The overall rate of detection of ASD was higher for the M-CHAT-R/F (“67 cases per 10 000 compared with the original M-CHAT/F, which detected 45 cases per 10 000”; p. 42); the authors attributed this increase to improved performance of the screening process, although they noted that they could not rule out the possibility that the change was a result of increased prevalence. While this rate (1 in 149) is below the currently accepted prevalence rate for ASD (1 in 88 children; Centers for Disease Control and Prevention, 2012), children who in later years have an Asperger-Syndrome-like presentation may not be detectable at age two years by any screening technology currently available.

The authors cited “simplified scoring” and “specific algorithms based on outcome” (i.e., the creation of low-, medium-, and high-risk subgroups based on initial screening result) as advantages of the revised instrument; improved wording of the items and the addition of examples would appear to be additional advantages. However, granting these apparent benefits of the revised instrument, the data suggest that the actual screening performance of the M-CHAT-R/F does not appear to be much different than the original version, provided the follow-up interview is used as directed, and there is little urgency to replace the use of the original M-CHAT with the revised version. The most widely-used on-line M-CHAT administration site continues to use the original version at this time.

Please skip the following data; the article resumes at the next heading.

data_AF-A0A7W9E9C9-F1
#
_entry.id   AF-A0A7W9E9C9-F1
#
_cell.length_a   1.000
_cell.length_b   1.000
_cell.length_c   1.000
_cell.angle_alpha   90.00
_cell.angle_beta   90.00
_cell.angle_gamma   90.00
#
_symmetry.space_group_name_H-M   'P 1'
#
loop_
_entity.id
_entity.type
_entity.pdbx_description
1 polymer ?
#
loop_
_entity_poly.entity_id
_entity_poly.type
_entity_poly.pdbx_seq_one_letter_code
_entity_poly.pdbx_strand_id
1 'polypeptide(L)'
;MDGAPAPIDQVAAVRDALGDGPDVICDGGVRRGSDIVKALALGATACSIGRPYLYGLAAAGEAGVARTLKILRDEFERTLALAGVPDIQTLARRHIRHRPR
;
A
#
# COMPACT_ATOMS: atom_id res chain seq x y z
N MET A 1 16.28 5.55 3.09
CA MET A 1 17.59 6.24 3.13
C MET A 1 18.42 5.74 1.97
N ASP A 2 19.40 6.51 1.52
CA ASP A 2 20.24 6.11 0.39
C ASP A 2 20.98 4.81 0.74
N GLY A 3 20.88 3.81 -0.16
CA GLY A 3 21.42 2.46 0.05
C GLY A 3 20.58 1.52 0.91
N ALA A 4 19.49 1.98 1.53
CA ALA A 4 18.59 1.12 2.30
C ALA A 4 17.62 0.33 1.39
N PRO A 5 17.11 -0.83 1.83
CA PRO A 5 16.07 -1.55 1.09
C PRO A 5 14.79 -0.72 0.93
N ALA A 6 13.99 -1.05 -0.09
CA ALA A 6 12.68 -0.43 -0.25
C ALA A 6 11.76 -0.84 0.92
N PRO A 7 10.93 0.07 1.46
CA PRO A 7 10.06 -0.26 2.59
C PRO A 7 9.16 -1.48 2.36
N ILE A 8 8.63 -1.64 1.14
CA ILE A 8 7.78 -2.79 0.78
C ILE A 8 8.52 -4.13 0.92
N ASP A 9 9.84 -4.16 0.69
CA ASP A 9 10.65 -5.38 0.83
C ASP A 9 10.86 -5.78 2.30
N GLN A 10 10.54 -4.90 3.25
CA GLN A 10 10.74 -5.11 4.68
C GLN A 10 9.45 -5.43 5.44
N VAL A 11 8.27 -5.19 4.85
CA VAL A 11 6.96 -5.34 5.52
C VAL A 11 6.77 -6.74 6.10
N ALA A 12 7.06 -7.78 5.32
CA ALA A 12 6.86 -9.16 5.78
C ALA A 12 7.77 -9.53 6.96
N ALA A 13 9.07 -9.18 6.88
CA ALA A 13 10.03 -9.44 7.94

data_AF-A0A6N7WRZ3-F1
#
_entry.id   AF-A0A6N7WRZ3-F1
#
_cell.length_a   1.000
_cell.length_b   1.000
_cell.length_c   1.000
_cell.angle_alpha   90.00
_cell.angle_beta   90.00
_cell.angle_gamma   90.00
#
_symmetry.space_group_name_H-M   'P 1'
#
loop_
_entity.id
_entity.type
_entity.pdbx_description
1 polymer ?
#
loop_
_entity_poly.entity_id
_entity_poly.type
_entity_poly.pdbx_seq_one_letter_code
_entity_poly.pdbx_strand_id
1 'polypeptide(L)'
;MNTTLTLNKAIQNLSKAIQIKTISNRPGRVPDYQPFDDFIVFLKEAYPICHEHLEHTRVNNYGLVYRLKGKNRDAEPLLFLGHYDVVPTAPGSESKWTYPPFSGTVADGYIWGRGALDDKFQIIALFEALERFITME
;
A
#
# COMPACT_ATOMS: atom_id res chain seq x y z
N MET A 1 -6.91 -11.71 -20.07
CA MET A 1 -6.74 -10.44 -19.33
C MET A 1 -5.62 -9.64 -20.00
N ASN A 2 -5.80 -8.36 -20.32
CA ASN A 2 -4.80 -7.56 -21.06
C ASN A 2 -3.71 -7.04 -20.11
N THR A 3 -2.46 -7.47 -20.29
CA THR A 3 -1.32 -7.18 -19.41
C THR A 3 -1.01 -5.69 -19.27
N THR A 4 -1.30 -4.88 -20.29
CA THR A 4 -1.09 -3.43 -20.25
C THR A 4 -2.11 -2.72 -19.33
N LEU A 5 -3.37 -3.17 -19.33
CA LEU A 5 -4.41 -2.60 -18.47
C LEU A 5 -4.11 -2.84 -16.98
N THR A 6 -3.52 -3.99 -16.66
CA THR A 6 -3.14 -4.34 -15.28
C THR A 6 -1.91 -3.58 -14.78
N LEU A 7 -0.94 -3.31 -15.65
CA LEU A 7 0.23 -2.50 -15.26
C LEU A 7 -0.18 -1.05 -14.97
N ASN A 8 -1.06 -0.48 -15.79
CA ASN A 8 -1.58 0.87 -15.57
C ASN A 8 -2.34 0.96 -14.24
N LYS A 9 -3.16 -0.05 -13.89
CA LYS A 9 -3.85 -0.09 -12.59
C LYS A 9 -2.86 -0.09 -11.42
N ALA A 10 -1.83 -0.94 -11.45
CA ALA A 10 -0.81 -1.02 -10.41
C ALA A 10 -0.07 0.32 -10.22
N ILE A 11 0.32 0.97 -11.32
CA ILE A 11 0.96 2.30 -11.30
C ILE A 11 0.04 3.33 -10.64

The M-CHAT-R/F is copyrighted but is freely available for clinical or research use and can be downloaded.

The original version of the instrument is likewise still freely available


Baron-Cohen, S., Allen, J., & Gillberg, C. (1992). Can autism be detected at 18 months? The needle, the haystack, and the CHAT. British Journal of Psychiatry, 161, 839–843.

Centers for Disease Control and Prevention. (2012). Autism and Developmental Disabilities Monitoring Network Surveillance Year 2008; Prevalence of autism spectrum disorders—Autism and Developmental Disabilities Monitoring Network, 14 sites, United States, 2008. MMWR Surveill Summ. 61, 1–19.

Robins, D.L., Casagrande, K., Barton, M., Chen, C.A., Dumont-Mathieu, T., & Fein, D. (2014). Validation of the Modified Checklist for Autism in Toddlers, Revised With Follow-up (M-CHAT-R/F). Pediatrics,133, 37-45. Robins, D.L.,

Fein, D., Barton, M.L., & Green, J.A. (2001). The Modified Checklist for Autism in Toddlers: An initial study investigating the early detection of autism and Pervasive Developmental Disorders. Journal of Autism and Developmental Disorders, 31, 131-144.